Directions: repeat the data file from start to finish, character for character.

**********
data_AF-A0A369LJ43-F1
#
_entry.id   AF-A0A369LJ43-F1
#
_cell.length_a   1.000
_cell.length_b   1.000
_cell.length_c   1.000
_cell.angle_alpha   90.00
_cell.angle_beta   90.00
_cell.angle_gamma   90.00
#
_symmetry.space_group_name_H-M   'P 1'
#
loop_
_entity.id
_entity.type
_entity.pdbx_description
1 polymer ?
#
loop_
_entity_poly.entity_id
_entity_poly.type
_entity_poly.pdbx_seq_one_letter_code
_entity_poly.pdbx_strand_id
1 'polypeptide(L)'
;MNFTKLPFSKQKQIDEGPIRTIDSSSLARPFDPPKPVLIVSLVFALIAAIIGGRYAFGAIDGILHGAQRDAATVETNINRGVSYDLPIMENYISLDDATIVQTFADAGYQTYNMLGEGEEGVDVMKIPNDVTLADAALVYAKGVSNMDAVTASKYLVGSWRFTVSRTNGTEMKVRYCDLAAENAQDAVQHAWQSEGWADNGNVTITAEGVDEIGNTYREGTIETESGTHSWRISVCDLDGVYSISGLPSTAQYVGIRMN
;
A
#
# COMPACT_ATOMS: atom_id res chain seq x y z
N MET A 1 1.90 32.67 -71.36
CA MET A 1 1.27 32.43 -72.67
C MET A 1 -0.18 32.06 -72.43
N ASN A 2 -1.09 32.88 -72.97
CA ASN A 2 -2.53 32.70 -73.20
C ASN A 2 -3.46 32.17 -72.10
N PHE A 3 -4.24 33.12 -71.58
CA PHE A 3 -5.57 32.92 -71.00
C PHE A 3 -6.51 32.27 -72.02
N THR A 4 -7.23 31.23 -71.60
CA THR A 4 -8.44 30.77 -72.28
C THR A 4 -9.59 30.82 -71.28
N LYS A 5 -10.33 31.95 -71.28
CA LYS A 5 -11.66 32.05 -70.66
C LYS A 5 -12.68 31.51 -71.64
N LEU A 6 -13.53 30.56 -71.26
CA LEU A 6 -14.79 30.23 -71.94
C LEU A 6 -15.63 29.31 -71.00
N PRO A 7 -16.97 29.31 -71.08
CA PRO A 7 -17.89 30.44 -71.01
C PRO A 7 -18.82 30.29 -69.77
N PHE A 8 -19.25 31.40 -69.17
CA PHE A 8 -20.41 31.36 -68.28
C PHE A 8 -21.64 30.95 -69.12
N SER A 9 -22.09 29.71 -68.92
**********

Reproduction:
data_AF-A0A369LJ43-F1
#
_entry.id   AF-A0A369LJ43-F1
#
_cell.length_a   1.000
_cell.length_b   1.000
_cell.length_c   1.000
_cell.angle_alpha   90.00
_cell.angle_beta   90.00
_cell.angle_gamma   90.00
#
_symmetry.space_group_name_H-M   'P 1'
#
loop_
_entity.id
_entity.type
_entity.pdbx_description
1 polymer ?
#
loop_
_entity_poly.entity_id
_entity_poly.type
_entity_poly.pdbx_seq_one_letter_code
_entity_poly.pdbx_strand_id
1 'polypeptide(L)'
;MNFTKLPFSKQKQIDEGPIRTIDSSSLARPFDPPKPVLIVSLVFALIAAIIGGRYAFGAIDGILHGAQRDAATVETNINRGVSYDLPIMENYISLDDATIVQTFADAGYQTYNMLGEGEEGVDVMKIPNDVTLADAALVYAKGVSNMDAVTASKYLVGSWRFTVSRTNGTEMKVRYCDLAAENAQDAVQHAWQSEGWADNGNVTITAEGVDEIGNTYREGTIETESGTHSWRISVCDLDGVYSISGLPSTAQYVGIRMN
;
A
#
# COMPACT_ATOMS: atom_id res chain seq x y z
N MET A 1 1.90 32.67 -71.36
CA MET A 1 1.27 32.43 -72.67
C MET A 1 -0.18 32.06 -72.43
N ASN A 2 -1.09 32.88 -72.97
CA ASN A 2 -2.53 32.70 -73.20
C ASN A 2 -3.46 32.17 -72.10
N PHE A 3 -4.24 33.12 -71.58
CA PHE A 3 -5.57 32.92 -71.00
C PHE A 3 -6.51 32.27 -72.02
N THR A 4 -7.23 31.23 -71.60
CA THR A 4 -8.44 30.77 -72.28
C THR A 4 -9.59 30.82 -71.28
N LYS A 5 -10.33 31.95 -71.28
CA LYS A 5 -11.66 32.05 -70.66
C LYS A 5 -12.68 31.51 -71.64
N LEU A 6 -13.53 30.56 -71.26
CA LEU A 6 -14.79 30.23 -71.94
C LEU A 6 -15.63 29.31 -71.00
N PRO A 7 -16.97 29.31 -71.08
CA PRO A 7 -17.89 30.44 -71.01
C PRO A 7 -18.82 30.29 -69.77
N PHE A 8 -19.25 31.40 -69.17
CA PHE A 8 -20.41 31.36 -68.28
C PHE A 8 -21.64 30.95 -69.12
N SER A 9 -22.09 29.71 -68.92